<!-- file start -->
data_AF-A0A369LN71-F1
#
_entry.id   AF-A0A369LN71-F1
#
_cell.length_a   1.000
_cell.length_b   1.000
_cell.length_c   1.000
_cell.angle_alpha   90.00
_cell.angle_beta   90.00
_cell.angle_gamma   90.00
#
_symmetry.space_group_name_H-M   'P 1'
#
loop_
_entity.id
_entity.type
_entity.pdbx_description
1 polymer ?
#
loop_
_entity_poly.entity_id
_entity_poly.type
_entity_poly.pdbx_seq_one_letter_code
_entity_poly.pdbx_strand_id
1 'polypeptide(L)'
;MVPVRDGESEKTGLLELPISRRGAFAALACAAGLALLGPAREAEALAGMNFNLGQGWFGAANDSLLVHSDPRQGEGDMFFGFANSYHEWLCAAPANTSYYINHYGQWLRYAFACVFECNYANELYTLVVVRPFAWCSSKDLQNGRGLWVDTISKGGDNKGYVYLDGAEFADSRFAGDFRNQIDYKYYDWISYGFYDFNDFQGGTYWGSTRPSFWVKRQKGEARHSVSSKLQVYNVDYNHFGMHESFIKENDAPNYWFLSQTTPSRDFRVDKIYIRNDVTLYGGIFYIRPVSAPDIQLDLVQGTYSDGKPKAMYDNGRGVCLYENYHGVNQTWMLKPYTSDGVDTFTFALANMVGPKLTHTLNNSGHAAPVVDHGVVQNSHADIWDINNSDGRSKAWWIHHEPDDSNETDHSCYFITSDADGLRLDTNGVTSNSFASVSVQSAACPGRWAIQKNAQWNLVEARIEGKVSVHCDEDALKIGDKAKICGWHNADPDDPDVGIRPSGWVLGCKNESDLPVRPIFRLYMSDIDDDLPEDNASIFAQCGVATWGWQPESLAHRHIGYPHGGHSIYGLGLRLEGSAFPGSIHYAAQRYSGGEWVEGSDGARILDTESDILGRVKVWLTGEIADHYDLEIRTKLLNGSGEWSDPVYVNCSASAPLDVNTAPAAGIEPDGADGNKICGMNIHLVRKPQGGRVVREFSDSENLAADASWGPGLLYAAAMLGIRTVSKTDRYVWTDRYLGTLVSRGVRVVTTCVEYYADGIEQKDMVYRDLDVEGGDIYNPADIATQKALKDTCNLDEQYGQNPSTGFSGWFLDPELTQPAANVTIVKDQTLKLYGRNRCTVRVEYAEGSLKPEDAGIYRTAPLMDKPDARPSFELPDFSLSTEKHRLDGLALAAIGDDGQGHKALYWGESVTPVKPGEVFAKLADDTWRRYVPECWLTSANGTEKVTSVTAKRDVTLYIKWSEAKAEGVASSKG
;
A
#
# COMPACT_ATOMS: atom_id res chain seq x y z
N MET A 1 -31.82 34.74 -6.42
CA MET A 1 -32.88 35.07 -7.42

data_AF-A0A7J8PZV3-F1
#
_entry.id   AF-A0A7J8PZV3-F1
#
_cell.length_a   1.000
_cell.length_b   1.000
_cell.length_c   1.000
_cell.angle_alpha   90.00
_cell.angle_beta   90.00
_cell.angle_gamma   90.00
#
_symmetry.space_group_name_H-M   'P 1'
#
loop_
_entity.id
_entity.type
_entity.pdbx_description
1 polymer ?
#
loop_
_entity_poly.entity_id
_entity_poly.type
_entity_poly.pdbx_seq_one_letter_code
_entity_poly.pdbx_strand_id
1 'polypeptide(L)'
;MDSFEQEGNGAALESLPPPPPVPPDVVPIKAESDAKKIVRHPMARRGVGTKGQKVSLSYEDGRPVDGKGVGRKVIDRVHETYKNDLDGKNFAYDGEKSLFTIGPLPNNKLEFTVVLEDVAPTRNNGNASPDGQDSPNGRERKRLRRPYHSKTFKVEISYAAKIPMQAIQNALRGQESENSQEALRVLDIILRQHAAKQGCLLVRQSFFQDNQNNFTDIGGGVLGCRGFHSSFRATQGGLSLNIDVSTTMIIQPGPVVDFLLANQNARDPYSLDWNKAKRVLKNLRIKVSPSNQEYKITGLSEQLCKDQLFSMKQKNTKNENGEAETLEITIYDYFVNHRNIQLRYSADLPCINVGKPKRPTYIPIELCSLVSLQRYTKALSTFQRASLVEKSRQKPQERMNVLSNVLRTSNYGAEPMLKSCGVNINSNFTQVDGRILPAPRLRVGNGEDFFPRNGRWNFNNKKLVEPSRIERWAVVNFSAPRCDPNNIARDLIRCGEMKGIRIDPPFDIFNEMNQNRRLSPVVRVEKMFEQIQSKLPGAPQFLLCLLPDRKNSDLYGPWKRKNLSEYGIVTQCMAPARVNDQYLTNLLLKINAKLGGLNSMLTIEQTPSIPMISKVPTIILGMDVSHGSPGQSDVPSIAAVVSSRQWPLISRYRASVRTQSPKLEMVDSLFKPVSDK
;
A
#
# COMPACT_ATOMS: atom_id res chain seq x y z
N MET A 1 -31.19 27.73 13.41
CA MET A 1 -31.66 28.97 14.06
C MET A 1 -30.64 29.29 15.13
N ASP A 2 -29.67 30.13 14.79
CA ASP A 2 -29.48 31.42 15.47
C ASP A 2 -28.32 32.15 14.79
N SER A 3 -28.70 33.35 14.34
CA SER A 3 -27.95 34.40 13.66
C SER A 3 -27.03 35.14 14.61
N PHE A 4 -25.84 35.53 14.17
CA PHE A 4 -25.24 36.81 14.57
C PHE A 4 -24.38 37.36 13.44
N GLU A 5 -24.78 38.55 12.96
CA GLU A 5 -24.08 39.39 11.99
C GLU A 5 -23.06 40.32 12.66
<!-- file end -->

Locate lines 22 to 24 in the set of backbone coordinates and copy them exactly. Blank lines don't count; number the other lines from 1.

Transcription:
_entity_poly.type
_entity_poly.pdbx_seq_one_letter_code
_entity_poly.pdbx_strand_id